This phase of the component lifecycle is used to call the method when the instance of the component can be created. It is also called while inserting the component into the HTML DOM. There are a few methods used in the mounting phase;
The constructor() method is called before anything else when the component is initiated, and it is the natural place to set up the initial state and other initial values. This method is called with the props as arguments, and you should always start by calling the super (props) before anything else, this will initiate the parent’s constructor method and allows the component to inherit methods from its parent (React.Component).
Rendering is a crucial procedure programmer must manage in front end development. The render() method is the only required method in a class component and is responsible for describing the view to be rendered to the browser window. It is important to note that this method is not user callable but is a part of the React Component Lifecycle. Within the lifecycle, there are a number of scenarios when render is called;
- After the React component is first instantiated, following the constructor() call.
- After an update to the component’s props
- After a setState() call
The componentDidMount() method enables us to execute the React code when the component is already placed in the Document Object Model. All the AJAX requests and the DOM or state updation should be coded in the componentDidMount() method block. After all the elements of the page are rendered correctly, this method is called. After the markup is set on the page, this technique is called by React itself to either fetch the data from an External API or perform some unique operations which need the JSX elements.
This phase of the component lifecycle is triggered as soon as any changes are found in terms of state or props that allow the DOM to be re-rendered again and again to update the DOM elements. The updating phase includes several lifecycle hooks;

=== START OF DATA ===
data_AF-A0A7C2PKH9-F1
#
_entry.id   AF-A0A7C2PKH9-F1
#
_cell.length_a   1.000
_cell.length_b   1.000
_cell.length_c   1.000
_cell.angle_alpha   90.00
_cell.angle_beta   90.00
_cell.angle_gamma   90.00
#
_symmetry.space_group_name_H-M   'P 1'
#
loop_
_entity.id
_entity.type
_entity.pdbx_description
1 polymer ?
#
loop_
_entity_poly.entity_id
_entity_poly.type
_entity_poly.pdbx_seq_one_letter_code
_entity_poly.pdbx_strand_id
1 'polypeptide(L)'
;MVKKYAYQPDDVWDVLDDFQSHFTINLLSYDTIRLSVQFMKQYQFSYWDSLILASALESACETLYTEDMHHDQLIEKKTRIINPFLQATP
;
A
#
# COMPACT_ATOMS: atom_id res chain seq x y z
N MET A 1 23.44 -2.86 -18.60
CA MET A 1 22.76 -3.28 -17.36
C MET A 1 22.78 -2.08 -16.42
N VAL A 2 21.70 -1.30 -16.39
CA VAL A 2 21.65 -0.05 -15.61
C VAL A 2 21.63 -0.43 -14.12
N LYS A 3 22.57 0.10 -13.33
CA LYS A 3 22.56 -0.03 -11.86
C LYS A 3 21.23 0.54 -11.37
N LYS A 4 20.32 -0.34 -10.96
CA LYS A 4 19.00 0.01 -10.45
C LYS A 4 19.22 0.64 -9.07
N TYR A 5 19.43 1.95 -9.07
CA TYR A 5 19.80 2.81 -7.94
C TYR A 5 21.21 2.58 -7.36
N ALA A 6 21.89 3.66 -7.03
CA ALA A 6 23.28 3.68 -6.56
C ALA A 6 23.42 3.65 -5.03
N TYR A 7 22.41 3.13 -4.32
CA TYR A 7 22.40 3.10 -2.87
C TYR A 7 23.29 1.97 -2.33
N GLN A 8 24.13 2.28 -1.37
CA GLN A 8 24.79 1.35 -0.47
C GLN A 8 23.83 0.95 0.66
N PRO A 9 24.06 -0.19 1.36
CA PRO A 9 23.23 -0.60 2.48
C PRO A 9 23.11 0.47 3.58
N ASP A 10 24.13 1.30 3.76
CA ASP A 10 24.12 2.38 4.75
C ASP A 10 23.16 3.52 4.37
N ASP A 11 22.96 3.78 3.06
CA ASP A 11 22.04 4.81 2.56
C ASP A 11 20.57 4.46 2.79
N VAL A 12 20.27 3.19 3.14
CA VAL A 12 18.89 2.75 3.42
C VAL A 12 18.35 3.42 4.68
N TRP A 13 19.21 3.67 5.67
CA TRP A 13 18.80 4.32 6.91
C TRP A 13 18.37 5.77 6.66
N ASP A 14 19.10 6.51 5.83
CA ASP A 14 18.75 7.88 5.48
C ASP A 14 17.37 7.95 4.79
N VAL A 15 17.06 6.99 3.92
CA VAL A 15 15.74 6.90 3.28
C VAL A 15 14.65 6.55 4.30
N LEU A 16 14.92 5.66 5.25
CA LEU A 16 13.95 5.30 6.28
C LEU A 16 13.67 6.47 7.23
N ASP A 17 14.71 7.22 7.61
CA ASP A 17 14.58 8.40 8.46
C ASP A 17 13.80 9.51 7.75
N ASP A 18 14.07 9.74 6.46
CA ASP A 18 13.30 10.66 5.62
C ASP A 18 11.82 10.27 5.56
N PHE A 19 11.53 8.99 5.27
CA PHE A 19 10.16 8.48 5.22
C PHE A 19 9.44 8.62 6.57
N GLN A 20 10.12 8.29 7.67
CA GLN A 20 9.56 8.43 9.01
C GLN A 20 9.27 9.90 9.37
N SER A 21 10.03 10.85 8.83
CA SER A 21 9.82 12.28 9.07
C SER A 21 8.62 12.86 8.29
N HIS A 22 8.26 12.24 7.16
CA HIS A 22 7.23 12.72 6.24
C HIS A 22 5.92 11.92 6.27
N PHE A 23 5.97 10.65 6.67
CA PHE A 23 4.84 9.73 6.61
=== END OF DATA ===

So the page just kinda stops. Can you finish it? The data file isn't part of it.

This method is invoked right before calling the render method, both on the initial mount and on subsequent updates. It should return an object to update the state, or null to update nothing. The method exists for rare use cases where the state depends on changes in props over time.
The shouldComponentUpdate () method may be used to let React know if a component’s output is not affected by the current change in state or props. The default behaviour is to re-render on every state change, and in the vast majority of cases, you should rely on the default behaviour.
The componentDidUpdate method is called after the component is updated in the DOM. The componentDidUpdate lifecycle method is invoked after the getSnapshotBeforeUpdate. As with the getSnapshotBeforeUpdate method, it receives the previous props and state as arguments. Whatever value is returned from the getSnapshotBeforeUpdate lifecycle method is passed as the third argument to the componentDidUpdate method.
In the getSnapshotBeforeUpdate() method you have access to the props and state before the update, meaning that even after the update, you can check what values were before the update. If the getSnapshotBeforeUpdate() method is present, you should also include the componentDidUpdate() method, otherwise, you will get an error.
The unmounting phase begins when an existing component is removed from the DOM. It includes a single and important lifecycle hook, componentWillUnmount().
This is one of the most crucial phases of the component, error handling is used to trigger an action in case of an error during the component rendering. There are two methods used to manage the errors in the existing component;